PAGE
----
skill by the Florentine miniaturists, - - interspersed with figures of
animals, puttos, and pretty heads looking out from a gilt frame run-
ning round the whole page along the centre of the ornamental border.
In the hollow of the initial L are three rings set with a diamond, the
emblem of Pietro de' Medici ; and in the lower part of the border,
upheld by flying puttos and surrounded by cherubs' heads, is the
Medicean coat of arms with the nine red balls and the motto Semper.
XXXIV. PLUTARCHUS, VITAB. MS. on vellum. XV cent. 252
mm. X 358 mm. (Laur. Plut. LXV. 26).
A very graceful border consisting of sprigs and flowers and gold
spots interspersed with puttos and birds encloses the page, and at
the foot in the centre of the border, there is a candelabrum with the
Medicean coat of arms and four festoons of leaves and fruits, with
the diamond rings from which issue the three Medicean plumes. In
the initial Q there is a scene from the life of Theseus, who is depicted
in the act of slaying the Minotaur. Between two diamond rings set
on the upper part of the initial there is the name of the miniaturist
Franciscus, while between two lower rings is written pin-xit. Fran-
cesco d' Antonio del Cherico, one of the most skilful of the Florentine
miniaturists has in this case put his signature to his work ; but without
the signature, his hand would be recognizable in the elegance, liveli-
ness and grace displayed in the decoration, and in the high excellence
of the illumination. At the end of this MS. also are written the words :
" Liber Petri de Medicis Cos. f. ".
XXXV. JOSEPH FLAVIUS, DE BELLO JUDAICO. MS. on vellum.
XV cent. 247 mm. X 342 mm. (Laur. Plut. LXVI. 9).
As shown by the subscription at the end of the MS. it was " scriptus
manu mei Gherardi Joannis del Ciriagio civis florentini pro Johanne
Cosmae de Medicis cive optimo florentino ". It was the same artist
who, perhaps at a later time, illuminated the Plinius (plate XXXIII)
which this Joseph Flavius (plate XXXV) resembles in the rich and
varied arabesque-like ornamentation of intertwining tendrils, in the gilt
- 15 -
frame running round the page, and in the medallions containing sin-
gularly perfect scenes. The son of Cosimo, Giovanni, died in Octo-
ber 1463 ; so this MS. is necessarily of antecedent date.
XXXVI. P. VERGILIUS MARO, AENEIS. MS. on vellum. XV cent.
223 mm. X 336 mm. (Laur. Plut. XXXIX. 6).
This Virgil is written in fine characters by a fifteenth century hand,
and, on the first page, which has no miniature facing it on the leaf
opposite, it has an ornamented and pictured border bearing the title of
the work. The absence of any miniature on the opposite leaf, the fact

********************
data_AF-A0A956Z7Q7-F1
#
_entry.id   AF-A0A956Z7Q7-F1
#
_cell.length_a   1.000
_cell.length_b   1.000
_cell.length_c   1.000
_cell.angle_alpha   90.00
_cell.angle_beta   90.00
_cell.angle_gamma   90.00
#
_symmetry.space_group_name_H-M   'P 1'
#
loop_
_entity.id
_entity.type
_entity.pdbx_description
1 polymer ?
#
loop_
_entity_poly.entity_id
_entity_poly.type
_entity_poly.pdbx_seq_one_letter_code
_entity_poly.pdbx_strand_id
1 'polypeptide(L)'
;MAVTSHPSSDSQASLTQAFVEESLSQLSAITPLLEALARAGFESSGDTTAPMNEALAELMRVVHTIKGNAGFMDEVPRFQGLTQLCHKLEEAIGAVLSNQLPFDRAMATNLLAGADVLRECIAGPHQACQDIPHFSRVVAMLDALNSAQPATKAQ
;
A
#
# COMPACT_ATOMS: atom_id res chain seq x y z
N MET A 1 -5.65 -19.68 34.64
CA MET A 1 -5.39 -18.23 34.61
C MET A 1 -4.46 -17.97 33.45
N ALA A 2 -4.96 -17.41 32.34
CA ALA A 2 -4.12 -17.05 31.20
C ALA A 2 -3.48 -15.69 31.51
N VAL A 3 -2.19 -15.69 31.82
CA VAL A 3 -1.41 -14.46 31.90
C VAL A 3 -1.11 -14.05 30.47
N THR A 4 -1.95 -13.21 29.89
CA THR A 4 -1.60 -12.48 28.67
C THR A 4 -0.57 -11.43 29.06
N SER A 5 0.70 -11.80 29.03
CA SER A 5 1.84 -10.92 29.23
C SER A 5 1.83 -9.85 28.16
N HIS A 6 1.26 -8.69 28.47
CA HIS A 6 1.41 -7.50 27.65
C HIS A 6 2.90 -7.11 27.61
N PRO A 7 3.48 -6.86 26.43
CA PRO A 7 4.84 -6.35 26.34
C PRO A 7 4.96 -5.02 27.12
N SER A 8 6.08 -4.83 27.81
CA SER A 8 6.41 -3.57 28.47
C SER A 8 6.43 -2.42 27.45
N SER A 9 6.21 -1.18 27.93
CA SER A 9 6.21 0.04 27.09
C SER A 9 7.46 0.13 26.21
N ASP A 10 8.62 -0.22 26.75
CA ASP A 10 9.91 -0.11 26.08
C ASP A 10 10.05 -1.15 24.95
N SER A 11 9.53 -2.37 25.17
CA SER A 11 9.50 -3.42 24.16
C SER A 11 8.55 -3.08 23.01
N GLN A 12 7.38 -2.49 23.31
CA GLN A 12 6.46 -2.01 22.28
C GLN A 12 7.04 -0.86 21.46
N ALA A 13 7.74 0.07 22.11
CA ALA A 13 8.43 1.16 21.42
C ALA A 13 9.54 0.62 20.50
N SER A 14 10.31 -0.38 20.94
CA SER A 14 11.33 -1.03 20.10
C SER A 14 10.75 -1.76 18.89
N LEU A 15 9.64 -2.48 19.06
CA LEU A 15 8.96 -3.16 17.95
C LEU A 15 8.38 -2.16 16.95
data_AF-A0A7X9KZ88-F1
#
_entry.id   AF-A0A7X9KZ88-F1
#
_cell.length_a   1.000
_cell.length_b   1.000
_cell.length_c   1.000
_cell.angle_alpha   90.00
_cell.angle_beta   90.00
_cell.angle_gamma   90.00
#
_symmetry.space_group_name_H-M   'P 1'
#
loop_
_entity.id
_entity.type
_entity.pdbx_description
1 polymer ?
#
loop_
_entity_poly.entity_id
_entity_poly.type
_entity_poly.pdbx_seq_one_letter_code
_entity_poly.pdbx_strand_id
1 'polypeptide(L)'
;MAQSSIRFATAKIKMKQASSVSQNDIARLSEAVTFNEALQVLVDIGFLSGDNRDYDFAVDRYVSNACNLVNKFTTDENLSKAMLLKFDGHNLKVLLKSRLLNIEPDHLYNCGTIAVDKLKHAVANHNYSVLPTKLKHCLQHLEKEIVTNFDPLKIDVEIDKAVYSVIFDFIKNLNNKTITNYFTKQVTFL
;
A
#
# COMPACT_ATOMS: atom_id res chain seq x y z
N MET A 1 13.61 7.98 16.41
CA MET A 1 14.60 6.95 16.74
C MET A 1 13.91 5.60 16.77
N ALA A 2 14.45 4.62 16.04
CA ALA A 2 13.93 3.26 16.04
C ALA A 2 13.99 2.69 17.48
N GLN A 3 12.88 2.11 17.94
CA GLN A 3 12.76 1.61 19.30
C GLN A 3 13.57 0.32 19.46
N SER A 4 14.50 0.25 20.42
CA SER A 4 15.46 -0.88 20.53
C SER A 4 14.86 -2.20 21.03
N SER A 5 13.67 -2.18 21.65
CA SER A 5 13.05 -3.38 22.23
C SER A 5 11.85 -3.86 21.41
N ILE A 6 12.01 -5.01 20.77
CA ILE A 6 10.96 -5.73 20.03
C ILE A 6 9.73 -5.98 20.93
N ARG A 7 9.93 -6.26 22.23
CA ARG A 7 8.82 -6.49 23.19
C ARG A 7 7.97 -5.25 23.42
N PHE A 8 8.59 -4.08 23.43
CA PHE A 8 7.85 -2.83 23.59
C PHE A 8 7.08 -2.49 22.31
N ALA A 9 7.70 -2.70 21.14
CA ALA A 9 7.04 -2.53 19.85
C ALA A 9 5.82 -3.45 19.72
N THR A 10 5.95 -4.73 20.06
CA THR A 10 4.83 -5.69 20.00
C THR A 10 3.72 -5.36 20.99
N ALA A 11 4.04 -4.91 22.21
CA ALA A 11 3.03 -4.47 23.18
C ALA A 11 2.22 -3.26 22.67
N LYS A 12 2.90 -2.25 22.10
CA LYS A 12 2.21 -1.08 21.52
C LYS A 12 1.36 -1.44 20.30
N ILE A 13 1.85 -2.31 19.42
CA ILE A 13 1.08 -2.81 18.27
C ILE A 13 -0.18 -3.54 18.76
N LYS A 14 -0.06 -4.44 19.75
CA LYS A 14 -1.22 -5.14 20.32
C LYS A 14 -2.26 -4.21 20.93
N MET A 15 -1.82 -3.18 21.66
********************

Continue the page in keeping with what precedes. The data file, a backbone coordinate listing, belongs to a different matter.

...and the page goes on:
that the initial which begins the text is almost independent of the
scene adorning it, the larger hand, the cameos, the gems adorning
the border with its plump and chubby puttos, all point to a new mi-
niaturist whose manner recalls that of Gherardo. The arms of the
Sassetti with the motto A mon pouvoir inform us that the present MS.
is one of those that Francesco Sassetti (the man of letters and artist
of this family of merchants, who was a partner of the Medici in their
business, and who imitated them in their love of the arts) caused to
be written and illuminated for his library, at a cost of over 800 florins.
Francesco Sassetti was born in 1420 and died in 1491. The medallion
at the top in the centre represents the Judgment of Paris : the one
to the right, the Rape of Helen : the one to the right, half-way down
the page, the departure of Aeneas from Carthage : the one lower down,
Paris as a shepherd playing his pipes. The scene by the initial represents
the entry of the wooden horse and the burning of Troy (plate XXXVI).
XXXVII. PAUSANIUS, GRAECIAE DESCRIPTIO. MS. on vellum.
XV cent. 218 mm. X 334 mm. (Laur. Plut. LVI. 10).
The humanistic Greek writing with rubricated glosses in the margins,
one of which, on the first page, the miniaturist has artistically set like
an inscription on a tablet, shows that the MS. belongs to the second half
of the fifteenth century. The miniature of the initial page is architectural
in character, with columns and pilasters, between which are trophies
of arms, cameos, gems and musical instruments. At the foot within
the border there is a coat of arms with bands argent on a field gules sur-
mounted by a cross also of silver : and a side-view of the same coat
of arms is also seen near the column on the right upheld by a winged
putto of the prettiest shape. Light green and light red predominate
in the miniature, which is evidently an intentional classical imitation,
rarely met with in the Medicean MSS. (plate XXXVII).
XXXVIII-XLI. MISSALE ROMANUM. MS. on vellum. XV cent.
379 mm. X 280 mm. (Laur. Aedilium Flor. Eccl. 109).
This splendid missal was written for the Church of Santa Maria
del Fiore by the priest Zanobio Moschini who finished his task in De-
cember 1493, and it was illuminated by the brothers Monte di Gio-
vanni and Gherardo, two of the most perfect artists of the Florentine
school, whose manner resembles that of Domenico Ghirlandaio. The
verso of the first leaf (plate XXXVIII) bears the lily of Florence, the
arms of the people and of the Comune, and the sheep that is the
symbol of the Arte della Lana and of the Opera del Duomo. Within
the garland, in letters of gold on a blue ground is the title of the MS.
On the opposite page (plate XXXIX) the text begins, enclosed in a
very rich border with candelabra, festoons, puttos, animals, and tondos
containing the heads of Prophets. In the medallion at the top in the
centre, is God the Father with a crown of Seraphs : in the one at the
foot San Zanobi in the pontifical chair with a deacon on either side.
The initial A encloses the figure of David playing the Psaltery. In the
upper part of the page, in a miniature unequalled for beauty and excel-
lence, there is a representation of the Annunciation. In plate XL, a
rich frame encloses the text that is in two columns, and there is a mi-
niature in the lower portion of the frame containing a tondo supported